• Edward J. Hanna, ‘The Human Knowledge of Christ. I.’, The New York Review, I, 3 (Oct-Nov 1905); greater focus on the fathers can be found in the third (ibid., I, 5 (Feb-Mar 1906)) and fourth (ibid., III, 4-5 (Jan-Apr 1908)) installments of the series.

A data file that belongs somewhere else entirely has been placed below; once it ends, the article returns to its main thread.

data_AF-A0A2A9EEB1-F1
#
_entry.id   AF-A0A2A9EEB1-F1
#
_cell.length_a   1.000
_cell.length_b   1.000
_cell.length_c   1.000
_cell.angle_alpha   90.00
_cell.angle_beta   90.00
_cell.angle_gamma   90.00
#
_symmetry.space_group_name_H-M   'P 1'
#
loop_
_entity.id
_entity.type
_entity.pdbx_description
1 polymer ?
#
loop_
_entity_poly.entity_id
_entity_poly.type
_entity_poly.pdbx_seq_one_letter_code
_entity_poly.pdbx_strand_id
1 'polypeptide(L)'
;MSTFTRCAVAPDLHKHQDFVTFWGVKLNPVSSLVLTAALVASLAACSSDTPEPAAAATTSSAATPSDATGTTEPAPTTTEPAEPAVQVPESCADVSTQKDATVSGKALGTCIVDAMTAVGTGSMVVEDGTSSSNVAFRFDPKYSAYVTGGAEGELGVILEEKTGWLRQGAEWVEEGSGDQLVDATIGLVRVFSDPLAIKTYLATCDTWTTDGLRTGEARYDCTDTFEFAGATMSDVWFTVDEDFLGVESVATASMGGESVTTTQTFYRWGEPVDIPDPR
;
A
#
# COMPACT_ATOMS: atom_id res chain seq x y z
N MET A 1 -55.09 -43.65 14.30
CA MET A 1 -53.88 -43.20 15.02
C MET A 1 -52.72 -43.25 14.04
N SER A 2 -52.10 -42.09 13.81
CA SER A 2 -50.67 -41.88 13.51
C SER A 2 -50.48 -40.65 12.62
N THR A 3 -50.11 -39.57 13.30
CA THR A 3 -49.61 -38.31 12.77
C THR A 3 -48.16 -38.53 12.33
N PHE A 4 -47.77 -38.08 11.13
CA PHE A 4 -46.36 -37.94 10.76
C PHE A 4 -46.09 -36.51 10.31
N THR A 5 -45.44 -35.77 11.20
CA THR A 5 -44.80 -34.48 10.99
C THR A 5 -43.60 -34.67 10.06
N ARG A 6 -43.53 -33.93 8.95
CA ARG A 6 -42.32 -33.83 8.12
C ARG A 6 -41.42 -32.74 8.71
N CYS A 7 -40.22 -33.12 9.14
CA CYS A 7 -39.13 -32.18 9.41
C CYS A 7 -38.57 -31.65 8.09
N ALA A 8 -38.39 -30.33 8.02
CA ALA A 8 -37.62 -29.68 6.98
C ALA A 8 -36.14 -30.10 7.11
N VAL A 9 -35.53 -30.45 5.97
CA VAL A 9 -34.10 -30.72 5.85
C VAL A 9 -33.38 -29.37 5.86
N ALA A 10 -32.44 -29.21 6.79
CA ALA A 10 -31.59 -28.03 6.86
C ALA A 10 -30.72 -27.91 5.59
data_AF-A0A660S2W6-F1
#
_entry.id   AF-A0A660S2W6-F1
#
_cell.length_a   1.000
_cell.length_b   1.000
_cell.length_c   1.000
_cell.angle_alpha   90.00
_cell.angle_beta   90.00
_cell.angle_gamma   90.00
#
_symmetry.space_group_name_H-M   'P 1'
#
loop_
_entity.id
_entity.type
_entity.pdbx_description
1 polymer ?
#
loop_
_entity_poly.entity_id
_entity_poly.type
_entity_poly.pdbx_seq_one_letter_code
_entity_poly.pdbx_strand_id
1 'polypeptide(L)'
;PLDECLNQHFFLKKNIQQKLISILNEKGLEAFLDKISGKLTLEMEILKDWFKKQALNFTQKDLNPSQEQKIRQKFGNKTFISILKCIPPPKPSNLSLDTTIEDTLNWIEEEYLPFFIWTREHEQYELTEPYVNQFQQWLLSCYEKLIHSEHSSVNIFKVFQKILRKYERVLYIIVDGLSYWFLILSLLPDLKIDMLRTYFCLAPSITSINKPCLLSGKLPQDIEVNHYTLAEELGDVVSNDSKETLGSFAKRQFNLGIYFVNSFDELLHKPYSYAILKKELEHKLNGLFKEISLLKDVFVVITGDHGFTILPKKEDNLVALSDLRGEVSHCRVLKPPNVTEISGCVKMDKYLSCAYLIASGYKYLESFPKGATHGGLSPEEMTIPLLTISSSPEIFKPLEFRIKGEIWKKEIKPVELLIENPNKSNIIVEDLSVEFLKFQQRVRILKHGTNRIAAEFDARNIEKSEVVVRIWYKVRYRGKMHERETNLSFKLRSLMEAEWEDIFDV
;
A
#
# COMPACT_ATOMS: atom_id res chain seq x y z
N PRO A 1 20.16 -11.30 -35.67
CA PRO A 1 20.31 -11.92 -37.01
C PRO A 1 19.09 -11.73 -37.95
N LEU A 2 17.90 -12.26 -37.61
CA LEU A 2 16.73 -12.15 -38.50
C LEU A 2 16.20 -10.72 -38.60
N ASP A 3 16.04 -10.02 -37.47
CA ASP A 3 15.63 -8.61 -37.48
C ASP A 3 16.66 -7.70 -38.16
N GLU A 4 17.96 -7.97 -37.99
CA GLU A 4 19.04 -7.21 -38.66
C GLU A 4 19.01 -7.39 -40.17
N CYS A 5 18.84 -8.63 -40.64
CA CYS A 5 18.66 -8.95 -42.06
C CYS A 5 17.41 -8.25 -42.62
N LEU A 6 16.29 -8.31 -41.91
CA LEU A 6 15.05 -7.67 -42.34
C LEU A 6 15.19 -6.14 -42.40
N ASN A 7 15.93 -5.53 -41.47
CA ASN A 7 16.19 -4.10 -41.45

The general patristic pattern on this thorny question is that at least some fathers generally allow ignorance in Christ’s humanity (though not in his divinity!) until, it seems, this hardened perhaps around the 6th century into not allowing any ignorance in Christ’s humanity. Bernard Lonergan provides an excellent summary: “And yet, little by little, the fathers reached a universal consensus. From the beginning of the seventh century, in East and West alike, common opinion insisted that Christ, even as man, was not ignorant.” (The Incarnate Word, p. 603). The hardening was likely helped (but not initiated) by the Agnoete heresy, founded by the Alexandrian monophysite Themistius, which claimed some sort of true ignorance in Christ. This was combated by the Patriarch of Alexandria, Eulogius, and also attacked by Pope Gregory I (for specifics, see the DTC entry Agnoètes).